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Stop Planting Trees, Says Guy Who Inspired World to Plant a Trillion Trees

by Elijah
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In a cavernous theater lit with the green shapes of camels and palms at COP28 in Dubai, ecologist Thomas Crowther, former chief scientific adviser to the United Nations Trillion Trees Campaign, did something he never would have expected just a few years ago: beg ministers of the Environment to stop planting so many trees.

Mass plantations are not the ecological solution they should be, Crowther argued as he took the floor at one of the summit’s ‘Nature Day’ events on December 9. The potential of newly created forests to sequester carbon is often overestimated. They can be harmful to biodiversity. Above all, they are very harmful when used, as is often the case avoid compensation– “as an excuse for not reducing emissions,” Crowther said.

The popularity of planting new trees is – at least in part – a problem of Crowther’s own making. In 2019 his laboratory at ETH Zurich found it that Earth had room for another 1.2 trillion trees, which, the lab’s research suggested, could suck up as much as two-thirds of the carbon that humans have historically emitted into the atmosphere. “This highlights that global tree restoration is our most effective solution to climate change yet,” the study said. Crowther subsequently gave dozens of interviews to that effect.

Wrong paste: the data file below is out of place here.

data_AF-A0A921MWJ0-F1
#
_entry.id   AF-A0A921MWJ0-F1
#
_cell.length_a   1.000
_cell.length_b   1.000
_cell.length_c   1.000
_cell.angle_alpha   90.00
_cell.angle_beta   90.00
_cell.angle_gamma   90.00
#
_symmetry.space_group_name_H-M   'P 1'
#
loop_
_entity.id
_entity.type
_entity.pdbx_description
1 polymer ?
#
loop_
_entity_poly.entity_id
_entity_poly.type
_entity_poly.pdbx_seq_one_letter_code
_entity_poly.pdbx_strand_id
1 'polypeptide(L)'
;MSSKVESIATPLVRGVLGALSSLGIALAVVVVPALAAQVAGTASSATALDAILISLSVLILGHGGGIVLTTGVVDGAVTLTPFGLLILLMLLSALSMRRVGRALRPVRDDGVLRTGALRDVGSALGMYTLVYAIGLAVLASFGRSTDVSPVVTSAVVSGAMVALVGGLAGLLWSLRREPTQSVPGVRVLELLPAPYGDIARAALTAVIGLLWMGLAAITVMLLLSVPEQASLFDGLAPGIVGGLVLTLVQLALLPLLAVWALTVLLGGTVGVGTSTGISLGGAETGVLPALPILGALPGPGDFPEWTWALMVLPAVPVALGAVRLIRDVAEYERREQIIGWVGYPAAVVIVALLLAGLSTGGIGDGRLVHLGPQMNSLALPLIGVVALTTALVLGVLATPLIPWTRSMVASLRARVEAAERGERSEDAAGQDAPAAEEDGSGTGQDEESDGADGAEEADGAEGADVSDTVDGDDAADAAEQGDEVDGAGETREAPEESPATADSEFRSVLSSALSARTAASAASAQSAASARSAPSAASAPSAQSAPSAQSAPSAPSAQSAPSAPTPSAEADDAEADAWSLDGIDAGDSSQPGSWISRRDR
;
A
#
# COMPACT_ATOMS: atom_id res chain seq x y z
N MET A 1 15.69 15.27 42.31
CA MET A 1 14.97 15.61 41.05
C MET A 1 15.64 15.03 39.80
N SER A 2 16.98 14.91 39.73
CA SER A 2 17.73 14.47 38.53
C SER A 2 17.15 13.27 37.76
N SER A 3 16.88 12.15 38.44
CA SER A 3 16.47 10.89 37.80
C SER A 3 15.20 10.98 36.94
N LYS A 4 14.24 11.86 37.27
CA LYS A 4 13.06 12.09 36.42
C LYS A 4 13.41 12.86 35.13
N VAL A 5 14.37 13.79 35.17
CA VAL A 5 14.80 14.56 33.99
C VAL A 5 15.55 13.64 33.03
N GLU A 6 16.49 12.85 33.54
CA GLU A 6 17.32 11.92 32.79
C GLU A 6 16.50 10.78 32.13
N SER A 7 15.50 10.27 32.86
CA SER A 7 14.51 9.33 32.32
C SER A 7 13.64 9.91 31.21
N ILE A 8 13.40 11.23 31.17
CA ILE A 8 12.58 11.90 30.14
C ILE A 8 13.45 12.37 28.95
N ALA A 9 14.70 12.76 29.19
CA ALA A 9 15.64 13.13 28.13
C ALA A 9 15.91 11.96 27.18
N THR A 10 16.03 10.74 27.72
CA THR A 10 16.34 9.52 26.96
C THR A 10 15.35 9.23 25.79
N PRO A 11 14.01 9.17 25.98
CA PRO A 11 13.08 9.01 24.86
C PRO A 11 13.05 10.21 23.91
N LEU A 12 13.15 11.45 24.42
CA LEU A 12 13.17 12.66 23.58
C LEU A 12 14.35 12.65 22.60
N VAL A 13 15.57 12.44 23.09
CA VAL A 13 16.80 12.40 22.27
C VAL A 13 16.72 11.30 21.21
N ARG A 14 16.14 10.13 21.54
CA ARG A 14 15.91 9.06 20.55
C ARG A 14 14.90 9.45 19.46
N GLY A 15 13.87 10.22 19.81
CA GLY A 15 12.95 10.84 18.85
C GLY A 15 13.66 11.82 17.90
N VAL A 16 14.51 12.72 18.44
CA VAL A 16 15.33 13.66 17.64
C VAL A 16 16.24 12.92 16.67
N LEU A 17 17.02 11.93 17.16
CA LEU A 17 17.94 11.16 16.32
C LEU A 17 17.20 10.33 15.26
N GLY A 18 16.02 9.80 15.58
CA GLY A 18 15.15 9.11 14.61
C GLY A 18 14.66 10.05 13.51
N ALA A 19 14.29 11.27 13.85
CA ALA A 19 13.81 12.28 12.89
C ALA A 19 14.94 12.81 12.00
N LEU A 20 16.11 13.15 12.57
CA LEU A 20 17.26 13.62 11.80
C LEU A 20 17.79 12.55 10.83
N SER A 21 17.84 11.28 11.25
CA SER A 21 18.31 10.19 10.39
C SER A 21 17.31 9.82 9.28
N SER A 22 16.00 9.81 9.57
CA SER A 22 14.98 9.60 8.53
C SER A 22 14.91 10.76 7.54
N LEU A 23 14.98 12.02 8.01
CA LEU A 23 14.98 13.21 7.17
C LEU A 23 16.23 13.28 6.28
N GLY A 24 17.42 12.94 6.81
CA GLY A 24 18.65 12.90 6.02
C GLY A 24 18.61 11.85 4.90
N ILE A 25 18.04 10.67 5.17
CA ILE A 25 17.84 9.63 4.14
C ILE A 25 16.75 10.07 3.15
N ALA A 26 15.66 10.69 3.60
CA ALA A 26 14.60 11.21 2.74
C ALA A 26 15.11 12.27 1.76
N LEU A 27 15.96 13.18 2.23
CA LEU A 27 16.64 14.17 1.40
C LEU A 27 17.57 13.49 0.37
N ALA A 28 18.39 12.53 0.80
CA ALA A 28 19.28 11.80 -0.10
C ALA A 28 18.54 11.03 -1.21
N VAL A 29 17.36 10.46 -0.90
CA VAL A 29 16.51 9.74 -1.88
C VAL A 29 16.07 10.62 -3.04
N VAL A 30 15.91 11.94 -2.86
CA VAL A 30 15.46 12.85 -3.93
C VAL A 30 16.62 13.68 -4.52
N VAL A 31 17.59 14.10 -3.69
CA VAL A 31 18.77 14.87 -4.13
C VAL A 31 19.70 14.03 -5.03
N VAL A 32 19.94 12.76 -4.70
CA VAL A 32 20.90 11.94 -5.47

This seemingly easy climate solution sparked a tree-planting craze among companies and leaders eager to burnish their green credentials without actually cutting their emissions, from Shell to Donald Trump. It also sparked a barrage of criticism from scientists, who claimed the Crowther study had vastly overestimated the land suitable for forest restoration and the amount of carbon it could absorb. (The authors of the study later corrected the article says that restoring trees is only “one of the most effective” solutions and can suck up at most a third of the carbon in the atmosphere, with large uncertainties.)

Crowther, who says his message was misinterpreted, released a more nuanced article last month showing that preserving existing forests could have a bigger impact on the climate than planting trees. He then brought the results to COP28 to end ‘greenwashing’ of the kind his previous research seemed to encourage – that is, using unreliable evidence about the benefits of tree planting as an excuse to keep emitting carbon .

“Ending greenwashing does not mean you have to stop investing in nature,” he says. “It means you’re doing it right. It means distributing wealth to indigenous people, farmers and communities living with biodiversity.”

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